Tuesday, June 12, 2012

Boulder County Economic Snapshot

Economic Snapshot
A look at the current real estate market; provided by RE/MAX ALLIANCE


            The term “global economy” has become part of the daily jargon as it relates to the ups and downs of the world’s various stock markets and the financial entities attempting to create some semblance of order to the world’s economy. Uncertainty appears to be the norm these days as Wall Street traders grapple with a market vacillating between bears and bulls, impacted by the doings across the pond and along the Pacific Rim.
            Locally, the Boulder Valley real estate market continues to show signs of stability as sales activity has improved thus far this year when compared to the last few years. Through May/2012, single family home sales throughout Boulder County are UP 25% compared to through May/2011 (1157 vs. 923); attached unit sales are UP 23% (422 vs. 343) for the same time periods; and the overall market is UP 24.72%. The market is still down slightly over 30% when compared to 2005, the benchmark year when sales activity peaked.
            Through May/2012, the Absorption Rate for Boulder County single family homes stands at 7.2 months (219 days). The Absorption Rate is the length of time it would take for the market to sell the entire existing inventory, assuming no new listings came on the market and the rate of sales activity remained the same. The Absorption Rate at the end of 2011 stood at 5.2 months (156 days); 2010 was 6.3 months (189 days). The Absorption Rate characteristically trends downward over the course of the year as sales activity increases during the spring and summer months. Look for that to also happen this year.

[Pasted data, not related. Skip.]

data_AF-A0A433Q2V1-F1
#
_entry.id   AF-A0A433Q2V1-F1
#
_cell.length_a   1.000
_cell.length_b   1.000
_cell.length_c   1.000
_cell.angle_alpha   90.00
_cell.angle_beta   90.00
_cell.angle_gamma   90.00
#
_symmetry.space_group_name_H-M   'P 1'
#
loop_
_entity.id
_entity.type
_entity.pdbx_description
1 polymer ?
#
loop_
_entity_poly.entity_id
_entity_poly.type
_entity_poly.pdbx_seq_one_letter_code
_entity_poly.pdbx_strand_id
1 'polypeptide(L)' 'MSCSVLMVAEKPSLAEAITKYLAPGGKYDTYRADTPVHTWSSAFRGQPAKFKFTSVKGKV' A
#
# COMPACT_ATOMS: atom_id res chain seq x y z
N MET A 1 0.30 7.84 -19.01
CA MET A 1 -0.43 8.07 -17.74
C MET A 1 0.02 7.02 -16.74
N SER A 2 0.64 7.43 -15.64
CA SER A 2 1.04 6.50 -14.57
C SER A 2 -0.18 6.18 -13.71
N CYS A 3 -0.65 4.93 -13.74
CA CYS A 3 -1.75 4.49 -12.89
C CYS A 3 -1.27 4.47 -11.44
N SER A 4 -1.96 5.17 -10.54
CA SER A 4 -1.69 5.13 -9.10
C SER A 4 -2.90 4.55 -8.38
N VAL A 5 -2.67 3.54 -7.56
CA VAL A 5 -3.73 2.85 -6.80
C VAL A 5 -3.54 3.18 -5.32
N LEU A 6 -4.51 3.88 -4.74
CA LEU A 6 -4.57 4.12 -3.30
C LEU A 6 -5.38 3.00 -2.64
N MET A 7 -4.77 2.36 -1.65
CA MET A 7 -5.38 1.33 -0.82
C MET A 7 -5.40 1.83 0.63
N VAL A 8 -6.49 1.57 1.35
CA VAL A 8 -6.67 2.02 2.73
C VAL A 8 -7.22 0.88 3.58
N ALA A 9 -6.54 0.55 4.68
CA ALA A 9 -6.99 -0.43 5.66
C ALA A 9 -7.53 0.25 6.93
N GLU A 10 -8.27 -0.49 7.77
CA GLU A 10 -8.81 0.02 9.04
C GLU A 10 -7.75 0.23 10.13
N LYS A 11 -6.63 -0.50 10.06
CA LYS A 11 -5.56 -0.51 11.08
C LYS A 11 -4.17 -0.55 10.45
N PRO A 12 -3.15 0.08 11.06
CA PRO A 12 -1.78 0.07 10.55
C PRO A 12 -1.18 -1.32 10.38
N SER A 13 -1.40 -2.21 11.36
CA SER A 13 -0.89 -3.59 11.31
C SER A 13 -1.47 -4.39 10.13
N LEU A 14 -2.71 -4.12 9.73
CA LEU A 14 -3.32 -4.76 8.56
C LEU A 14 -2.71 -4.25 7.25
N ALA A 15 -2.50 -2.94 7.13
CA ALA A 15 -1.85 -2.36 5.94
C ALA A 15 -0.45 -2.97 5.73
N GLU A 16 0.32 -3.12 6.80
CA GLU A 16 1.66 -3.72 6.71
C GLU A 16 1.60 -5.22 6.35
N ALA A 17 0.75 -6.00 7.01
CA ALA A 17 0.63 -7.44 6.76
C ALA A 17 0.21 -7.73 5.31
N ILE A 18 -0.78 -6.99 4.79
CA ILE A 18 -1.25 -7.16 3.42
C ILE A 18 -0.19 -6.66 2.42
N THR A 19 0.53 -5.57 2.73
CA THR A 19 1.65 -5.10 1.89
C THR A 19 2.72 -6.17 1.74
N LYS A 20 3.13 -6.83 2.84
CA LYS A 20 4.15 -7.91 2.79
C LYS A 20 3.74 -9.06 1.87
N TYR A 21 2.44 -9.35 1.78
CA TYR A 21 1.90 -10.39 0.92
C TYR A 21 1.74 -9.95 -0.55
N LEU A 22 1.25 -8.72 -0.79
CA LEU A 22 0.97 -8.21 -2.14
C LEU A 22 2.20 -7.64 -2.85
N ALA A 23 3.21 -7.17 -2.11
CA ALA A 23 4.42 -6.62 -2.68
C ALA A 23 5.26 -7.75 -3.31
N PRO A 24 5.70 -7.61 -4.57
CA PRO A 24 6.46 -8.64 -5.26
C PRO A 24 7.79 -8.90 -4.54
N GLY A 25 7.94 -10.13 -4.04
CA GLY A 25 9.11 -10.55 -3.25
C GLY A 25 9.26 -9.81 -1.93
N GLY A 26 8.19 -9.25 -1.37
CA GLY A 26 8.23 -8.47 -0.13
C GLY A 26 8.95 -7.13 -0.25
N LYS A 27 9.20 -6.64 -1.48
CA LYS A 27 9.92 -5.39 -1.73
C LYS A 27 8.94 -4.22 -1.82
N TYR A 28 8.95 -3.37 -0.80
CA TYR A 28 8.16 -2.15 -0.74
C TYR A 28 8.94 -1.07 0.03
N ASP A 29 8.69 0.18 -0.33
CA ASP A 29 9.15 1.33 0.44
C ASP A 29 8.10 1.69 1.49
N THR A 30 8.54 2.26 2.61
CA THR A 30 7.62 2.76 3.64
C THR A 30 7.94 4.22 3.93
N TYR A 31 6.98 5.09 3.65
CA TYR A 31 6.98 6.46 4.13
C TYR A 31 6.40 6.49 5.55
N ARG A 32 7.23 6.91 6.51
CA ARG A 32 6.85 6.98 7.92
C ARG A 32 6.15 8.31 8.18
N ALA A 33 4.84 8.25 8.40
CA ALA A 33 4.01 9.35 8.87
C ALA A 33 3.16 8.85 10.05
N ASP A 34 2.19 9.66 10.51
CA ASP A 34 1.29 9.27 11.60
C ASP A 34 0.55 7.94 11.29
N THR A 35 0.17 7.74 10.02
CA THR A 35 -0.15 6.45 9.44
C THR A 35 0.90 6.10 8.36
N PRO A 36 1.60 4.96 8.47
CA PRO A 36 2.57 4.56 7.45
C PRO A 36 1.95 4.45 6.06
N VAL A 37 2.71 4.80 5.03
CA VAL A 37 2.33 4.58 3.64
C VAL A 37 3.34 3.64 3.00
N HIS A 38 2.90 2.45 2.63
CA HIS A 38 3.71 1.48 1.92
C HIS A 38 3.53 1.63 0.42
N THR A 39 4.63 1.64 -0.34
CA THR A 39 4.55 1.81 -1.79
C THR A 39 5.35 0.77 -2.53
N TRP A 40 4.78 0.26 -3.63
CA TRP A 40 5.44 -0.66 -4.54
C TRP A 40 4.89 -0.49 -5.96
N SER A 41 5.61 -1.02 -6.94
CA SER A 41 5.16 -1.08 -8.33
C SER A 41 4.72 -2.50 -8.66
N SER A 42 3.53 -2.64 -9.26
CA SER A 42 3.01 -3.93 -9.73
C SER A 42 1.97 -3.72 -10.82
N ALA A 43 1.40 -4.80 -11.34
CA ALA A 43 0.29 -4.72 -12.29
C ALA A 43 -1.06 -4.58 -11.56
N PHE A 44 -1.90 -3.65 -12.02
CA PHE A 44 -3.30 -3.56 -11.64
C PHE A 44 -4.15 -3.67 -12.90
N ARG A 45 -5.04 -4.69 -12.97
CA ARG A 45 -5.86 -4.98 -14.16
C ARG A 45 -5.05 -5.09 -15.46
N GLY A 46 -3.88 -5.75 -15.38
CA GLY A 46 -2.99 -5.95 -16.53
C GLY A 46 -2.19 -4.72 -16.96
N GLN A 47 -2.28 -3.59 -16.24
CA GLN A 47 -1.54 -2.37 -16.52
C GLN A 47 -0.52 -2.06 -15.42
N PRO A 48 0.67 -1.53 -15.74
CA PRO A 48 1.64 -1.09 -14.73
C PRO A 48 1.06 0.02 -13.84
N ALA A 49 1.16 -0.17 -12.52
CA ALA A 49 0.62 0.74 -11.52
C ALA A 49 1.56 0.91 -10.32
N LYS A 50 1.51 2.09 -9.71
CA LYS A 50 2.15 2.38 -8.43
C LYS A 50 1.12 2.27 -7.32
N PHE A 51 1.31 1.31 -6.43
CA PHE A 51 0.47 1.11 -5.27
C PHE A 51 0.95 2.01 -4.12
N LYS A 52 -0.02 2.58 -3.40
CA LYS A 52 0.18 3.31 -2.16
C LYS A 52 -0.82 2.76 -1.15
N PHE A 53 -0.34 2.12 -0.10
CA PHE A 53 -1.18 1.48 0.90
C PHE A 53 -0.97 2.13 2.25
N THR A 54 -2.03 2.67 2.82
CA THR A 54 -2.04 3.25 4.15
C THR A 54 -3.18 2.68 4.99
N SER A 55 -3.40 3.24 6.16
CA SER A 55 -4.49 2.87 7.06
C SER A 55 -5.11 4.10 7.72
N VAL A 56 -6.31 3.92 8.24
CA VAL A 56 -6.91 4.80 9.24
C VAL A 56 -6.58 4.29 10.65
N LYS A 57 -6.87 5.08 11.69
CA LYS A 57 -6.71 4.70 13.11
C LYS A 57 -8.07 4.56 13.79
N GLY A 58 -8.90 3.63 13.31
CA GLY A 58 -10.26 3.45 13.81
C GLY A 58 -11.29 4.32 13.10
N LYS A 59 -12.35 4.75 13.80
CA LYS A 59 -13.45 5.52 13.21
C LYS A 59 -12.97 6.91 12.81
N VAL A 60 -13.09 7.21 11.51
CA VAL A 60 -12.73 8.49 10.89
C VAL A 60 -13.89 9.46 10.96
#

Homes on the lower pricing end of the market ($150,000 to $500,000) always have the lowest Absorption Rate, since that is where the majority of listings and buyers can be found. Through May/2012, the Absorption Rate for this price range stands at 5.2 months (159 days). Surprisingly, the price range showing the most improvement in May/2012 versus April/2012 in days on the market was $700,000 to $1,000,000. That’s a good indication home buyers are moving-up the food chain into more expensive properties. Homes priced over a million dollars still haven’t felt that push yet.
            Looking forward, it appears the Boulder Valley market will continue on a similar plain. The available inventory of resale homes will remain low. An interesting fact, in May/2012 the number of sold properties were nearly identical to the number of new listings, which means available inventory isn’t increasing. Home mortgage interest rates continue to hover below the four percent mark for the traditional thirty-year fixed rate loan. There are no indications the powers to be in Washington are going to do anything soon to upset the financial apple cart.
            New home construction by production builders is reaching a point where “in-fill” lots are being built out, which means development of approved parcels will be their next path. Earth movers will once again be churning-up virgin land, and planning departments will dust off the cobwebs and begin sitting down with developers.
            That light at the end of the tunnel, which for years was simply another train coming our way, now appears to be a gift of sunshine for the Boulder Valley real estate market. The market is still a few years away from mirroring 2005, but at least it is moving in a positive direction.